I read an article in The New York Times a few days ago that described how Andrew Cuomo, New York's attorney general, had reached an agreement with AIG (American International Group) that would let his office review the insurance giant's spending habits. Executive severance and bonus payment agreements were of special interest, as were travel and special event plans.
The agreement was reached after AIG was forced to make embarrassing acknowledgements before Congress about an expensive, weeklong retreat it held for sales agents right after the government was forced to bail out the company with loans and other subsidies to the tune of over $100 billion. The retreat in question cost almost half a million and reportedly included $150,000 for food and beverages charges.
Later, the article revealed that under pressure from Mr. Cuomo, AIG agreed to cancel “a $750,000 ‘best operator’ event in Las Vegas … a $500,000 risk management conference scheduled for the Ritz Carlton in Half Moon Bay … a $350,000 sales conference in November at Sea Island, GA … and a $190,000 meeting scheduled for Scottsdale, AZ in January.”
Given the scale of taxpayer support that's been required to keep AIG and other entities like it afloat, such curtailments would seem more than appropriate. But whatever you think about the excesses (if we may call them that) of Wall Street, anyone in the foodservice business has to appreciate the fact that these folks were spending plenty of money on F&B and that such cutbacks are going to put a pretty big dent in someone's catering business.
It is not much of stretch to predict that similar cutbacks on a smaller scale will be happening in the special event and catering expenditures of many client and host institutions throughout the onsite market in coming months. “Conspicuous consumption” just does not fly very well with the public or employees when unemployment rates are creeping upward, retirement security appears threatened and household spending power is stagnant or declining.
The same forces can tend to put a damper on ordinary cafeteria and other onsite sales. So how can readers of this magazine best strategize now for what is likely to be a challenging year ahead?
In our annual Forecast issue last February, I wrote that there would be a major push on the commercial side to promote so-called “value meals” and that onsite operators would do well to offer their own, price competitive, in-house alternatives. That remains a good tactic.
However, a more strategic approach for what seems now will be a more prolonged softening of the economy should involve a tight focus on re-positioning onsite foodservice in the minds of customers. In that regard, I'd suggest an emphasis on how and why onsite offerings offer “True Value” to your customers.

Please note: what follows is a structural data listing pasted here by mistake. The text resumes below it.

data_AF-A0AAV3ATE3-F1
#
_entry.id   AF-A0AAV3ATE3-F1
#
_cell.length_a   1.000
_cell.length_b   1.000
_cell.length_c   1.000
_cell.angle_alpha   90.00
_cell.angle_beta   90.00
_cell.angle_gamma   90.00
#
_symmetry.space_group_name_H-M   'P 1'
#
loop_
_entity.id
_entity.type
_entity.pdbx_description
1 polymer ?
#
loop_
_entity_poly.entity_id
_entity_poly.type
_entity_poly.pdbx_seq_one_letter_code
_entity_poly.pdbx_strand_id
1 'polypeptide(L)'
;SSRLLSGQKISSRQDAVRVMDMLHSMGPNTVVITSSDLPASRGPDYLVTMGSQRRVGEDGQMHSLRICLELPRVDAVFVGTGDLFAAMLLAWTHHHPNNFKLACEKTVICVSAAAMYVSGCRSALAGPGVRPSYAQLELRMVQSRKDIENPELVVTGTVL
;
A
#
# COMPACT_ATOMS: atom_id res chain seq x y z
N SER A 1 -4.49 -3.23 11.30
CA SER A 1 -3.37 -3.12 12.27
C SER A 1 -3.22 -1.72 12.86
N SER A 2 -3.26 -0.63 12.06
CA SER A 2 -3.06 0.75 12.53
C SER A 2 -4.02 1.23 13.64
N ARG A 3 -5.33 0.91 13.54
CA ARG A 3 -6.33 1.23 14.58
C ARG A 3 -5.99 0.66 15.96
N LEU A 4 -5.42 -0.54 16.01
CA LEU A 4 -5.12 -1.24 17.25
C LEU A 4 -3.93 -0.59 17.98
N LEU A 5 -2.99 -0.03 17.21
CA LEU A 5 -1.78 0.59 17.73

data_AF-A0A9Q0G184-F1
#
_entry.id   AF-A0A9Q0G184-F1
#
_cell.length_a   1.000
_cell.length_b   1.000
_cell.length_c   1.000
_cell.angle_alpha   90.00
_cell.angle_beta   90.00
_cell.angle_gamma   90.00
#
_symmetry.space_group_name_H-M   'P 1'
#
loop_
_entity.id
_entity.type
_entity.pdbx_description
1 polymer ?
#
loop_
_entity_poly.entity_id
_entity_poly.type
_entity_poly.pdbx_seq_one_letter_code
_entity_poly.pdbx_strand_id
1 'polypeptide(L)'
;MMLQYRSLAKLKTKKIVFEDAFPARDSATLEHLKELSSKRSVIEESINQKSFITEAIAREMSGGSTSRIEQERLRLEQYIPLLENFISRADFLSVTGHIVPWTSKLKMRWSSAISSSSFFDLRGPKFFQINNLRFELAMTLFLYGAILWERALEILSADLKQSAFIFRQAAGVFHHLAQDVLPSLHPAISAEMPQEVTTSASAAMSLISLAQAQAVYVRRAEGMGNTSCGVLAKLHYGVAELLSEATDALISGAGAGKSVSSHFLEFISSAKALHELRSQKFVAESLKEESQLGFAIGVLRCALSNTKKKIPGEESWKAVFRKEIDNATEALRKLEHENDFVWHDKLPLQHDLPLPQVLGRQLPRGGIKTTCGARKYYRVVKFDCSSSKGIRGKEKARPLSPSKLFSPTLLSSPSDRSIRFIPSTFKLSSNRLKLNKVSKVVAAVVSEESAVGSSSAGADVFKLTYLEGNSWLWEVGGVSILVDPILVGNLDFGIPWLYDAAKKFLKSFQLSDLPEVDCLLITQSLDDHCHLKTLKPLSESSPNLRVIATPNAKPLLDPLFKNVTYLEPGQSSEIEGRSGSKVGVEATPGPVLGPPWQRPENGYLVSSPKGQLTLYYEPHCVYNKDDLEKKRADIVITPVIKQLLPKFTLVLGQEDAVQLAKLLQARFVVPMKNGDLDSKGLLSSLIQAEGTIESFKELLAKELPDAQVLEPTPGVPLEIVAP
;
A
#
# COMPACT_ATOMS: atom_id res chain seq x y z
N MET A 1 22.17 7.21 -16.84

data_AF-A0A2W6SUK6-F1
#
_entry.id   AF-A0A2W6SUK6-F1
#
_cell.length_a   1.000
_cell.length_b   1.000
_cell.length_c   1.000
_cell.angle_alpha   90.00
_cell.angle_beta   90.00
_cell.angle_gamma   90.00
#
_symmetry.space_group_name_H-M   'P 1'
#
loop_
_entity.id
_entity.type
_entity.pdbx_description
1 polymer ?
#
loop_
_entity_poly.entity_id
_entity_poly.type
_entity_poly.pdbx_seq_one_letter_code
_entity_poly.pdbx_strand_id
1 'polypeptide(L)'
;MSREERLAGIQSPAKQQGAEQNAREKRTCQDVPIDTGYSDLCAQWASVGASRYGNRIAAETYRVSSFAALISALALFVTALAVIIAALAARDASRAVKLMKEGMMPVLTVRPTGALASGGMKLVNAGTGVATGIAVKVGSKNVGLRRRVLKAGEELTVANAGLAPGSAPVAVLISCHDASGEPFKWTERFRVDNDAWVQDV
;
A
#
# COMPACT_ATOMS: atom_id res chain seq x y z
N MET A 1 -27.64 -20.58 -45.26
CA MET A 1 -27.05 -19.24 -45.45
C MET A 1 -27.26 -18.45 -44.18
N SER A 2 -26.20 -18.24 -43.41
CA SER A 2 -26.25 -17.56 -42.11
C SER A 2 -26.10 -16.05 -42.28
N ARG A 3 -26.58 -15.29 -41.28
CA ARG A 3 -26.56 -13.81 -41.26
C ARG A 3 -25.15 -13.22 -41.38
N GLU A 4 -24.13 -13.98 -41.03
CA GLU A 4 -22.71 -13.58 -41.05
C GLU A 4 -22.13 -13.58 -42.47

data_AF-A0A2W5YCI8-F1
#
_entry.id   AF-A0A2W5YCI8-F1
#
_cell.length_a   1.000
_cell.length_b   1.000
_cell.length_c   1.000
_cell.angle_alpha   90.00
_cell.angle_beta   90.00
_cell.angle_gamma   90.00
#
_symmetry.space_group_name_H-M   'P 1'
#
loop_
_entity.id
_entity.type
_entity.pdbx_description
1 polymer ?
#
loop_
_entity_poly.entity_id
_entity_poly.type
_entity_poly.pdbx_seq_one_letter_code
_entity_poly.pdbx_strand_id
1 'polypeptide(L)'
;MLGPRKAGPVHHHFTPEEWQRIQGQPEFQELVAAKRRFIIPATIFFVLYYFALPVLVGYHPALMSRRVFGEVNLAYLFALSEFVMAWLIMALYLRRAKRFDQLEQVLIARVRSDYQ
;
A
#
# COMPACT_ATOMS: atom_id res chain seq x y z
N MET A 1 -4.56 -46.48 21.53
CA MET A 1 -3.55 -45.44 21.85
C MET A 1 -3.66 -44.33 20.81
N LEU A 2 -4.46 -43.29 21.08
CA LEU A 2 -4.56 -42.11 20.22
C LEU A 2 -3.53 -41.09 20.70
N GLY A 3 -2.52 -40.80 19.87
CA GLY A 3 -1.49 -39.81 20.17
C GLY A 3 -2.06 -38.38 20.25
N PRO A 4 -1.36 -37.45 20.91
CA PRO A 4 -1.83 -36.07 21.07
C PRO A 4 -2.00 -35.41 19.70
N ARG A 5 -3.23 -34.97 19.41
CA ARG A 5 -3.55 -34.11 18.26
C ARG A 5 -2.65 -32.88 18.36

Direct comparisons to the actual costs of meals from nearby restaurants can dispel some of the smokescreen that “$2.99” meal promotions (not counting choice, beverage or side dishes) offer. So can reminders that the cost of “brown-bagging” lunches is usually higher than customers believe it is. (If you want government statistics showing how grocery store prices are increasing faster than those of your meals, go to www.ers.usda.gov/Briefing/CPIFoodAndExpenditures/Data/cpiforecasts.htm.)
The idea of True Value positioning should go beyond simple price comparisons. In contrast to the “Super Size Me” approach of fast food restaurants, a “True Value Me” promotion could be a great way to re-position the daily special. A “True Healthwise Value” could emphasize the added value nutritious offerings bring to consumers beyond an attractive price value.
The point is not to tell readers how to name their menu offerings or manage their operations. Rather, it's to suggest that, from a positioning standpoint, it's important to re-emphasize why a choice to dine onsite is a better one for many consumers than the various alternatives they have. This is pure “blocking and tackling” from Onsite 101, but is a good strategy to revisit in light of what will likely be an extended period of economic uncertainty.
Onsite foodservice by its nature can offer a comfort level, meal value and workplace convenience that can't be matched. That is True Value that makes a good story to tell customers in a difficult time.